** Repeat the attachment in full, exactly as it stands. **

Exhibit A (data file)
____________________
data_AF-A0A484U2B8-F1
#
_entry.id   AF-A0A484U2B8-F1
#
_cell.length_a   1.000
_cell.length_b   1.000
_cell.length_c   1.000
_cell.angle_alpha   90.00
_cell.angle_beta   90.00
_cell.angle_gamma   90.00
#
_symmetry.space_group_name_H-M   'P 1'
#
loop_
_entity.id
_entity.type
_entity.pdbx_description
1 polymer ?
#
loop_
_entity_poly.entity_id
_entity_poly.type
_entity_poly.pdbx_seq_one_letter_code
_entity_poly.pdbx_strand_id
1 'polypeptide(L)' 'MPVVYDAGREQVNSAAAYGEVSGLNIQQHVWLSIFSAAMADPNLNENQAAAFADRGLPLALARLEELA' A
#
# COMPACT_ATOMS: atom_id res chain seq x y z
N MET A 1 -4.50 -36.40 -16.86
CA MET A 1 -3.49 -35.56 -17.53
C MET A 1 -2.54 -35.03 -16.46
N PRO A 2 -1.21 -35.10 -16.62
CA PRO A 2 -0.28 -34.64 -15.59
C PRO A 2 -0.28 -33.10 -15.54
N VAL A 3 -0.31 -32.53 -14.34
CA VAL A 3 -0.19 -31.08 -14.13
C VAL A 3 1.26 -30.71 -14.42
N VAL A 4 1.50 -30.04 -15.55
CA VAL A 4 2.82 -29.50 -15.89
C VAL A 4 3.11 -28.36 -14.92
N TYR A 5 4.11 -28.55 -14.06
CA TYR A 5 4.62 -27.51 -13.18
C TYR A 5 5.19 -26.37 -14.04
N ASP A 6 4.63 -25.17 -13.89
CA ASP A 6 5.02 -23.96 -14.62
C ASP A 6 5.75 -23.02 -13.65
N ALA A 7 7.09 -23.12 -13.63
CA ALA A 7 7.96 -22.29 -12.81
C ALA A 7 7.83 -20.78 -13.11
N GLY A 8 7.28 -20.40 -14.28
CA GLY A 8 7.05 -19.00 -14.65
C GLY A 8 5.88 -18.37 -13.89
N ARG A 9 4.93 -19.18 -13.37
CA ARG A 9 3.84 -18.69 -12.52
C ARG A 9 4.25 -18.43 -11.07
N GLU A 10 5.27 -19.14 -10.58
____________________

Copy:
data_AF-A0A484U2B8-F1
#
_entry.id   AF-A0A484U2B8-F1
#
_cell.length_a   1.000
_cell.length_b   1.000
_cell.length_c   1.000
_cell.angle_alpha   90.00
_cell.angle_beta   90.00
_cell.angle_gamma   90.00
#
_symmetry.space_group_name_H-M   'P 1'
#
loop_
_entity.id
_entity.type
_entity.pdbx_description
1 polymer ?
#
loop_
_entity_poly.entity_id
_entity_poly.type
_entity_poly.pdbx_seq_one_letter_code
_entity_poly.pdbx_strand_id
1 'polypeptide(L)' 'MPVVYDAGREQVNSAAAYGEVSGLNIQQHVWLSIFSAAMADPNLNENQAAAFADRGLPLALARLEELA' A
#
# COMPACT_ATOMS: atom_id res chain seq x y z
N MET A 1 -4.50 -36.40 -16.86
CA MET A 1 -3.49 -35.56 -17.53
C MET A 1 -2.54 -35.03 -16.46
N PRO A 2 -1.21 -35.10 -16.62
CA PRO A 2 -0.28 -34.64 -15.59
C PRO A 2 -0.28 -33.10 -15.54
N VAL A 3 -0.31 -32.53 -14.34
CA VAL A 3 -0.19 -31.08 -14.13
C VAL A 3 1.26 -30.71 -14.42
N VAL A 4 1.50 -30.04 -15.55
CA VAL A 4 2.82 -29.50 -15.89
C VAL A 4 3.11 -28.36 -14.92
N TYR A 5 4.11 -28.55 -14.06
CA TYR A 5 4.62 -27.51 -13.18
C TYR A 5 5.19 -26.37 -14.04
N ASP A 6 4.63 -25.17 -13.89
CA ASP A 6 5.02 -23.96 -14.62
C ASP A 6 5.75 -23.02 -13.65
N ALA A 7 7.09 -23.12 -13.63
CA ALA A 7 7.96 -22.29 -12.81
C ALA A 7 7.83 -20.78 -13.11
N GLY A 8 7.28 -20.40 -14.28
CA GLY A 8 7.05 -19.00 -14.65
C GLY A 8 5.88 -18.37 -13.89
N ARG A 9 4.93 -19.18 -13.37
CA ARG A 9 3.84 -18.69 -12.52
C ARG A 9 4.25 -18.43 -11.07
N GLU A 10 5.27 -19.14 -10.58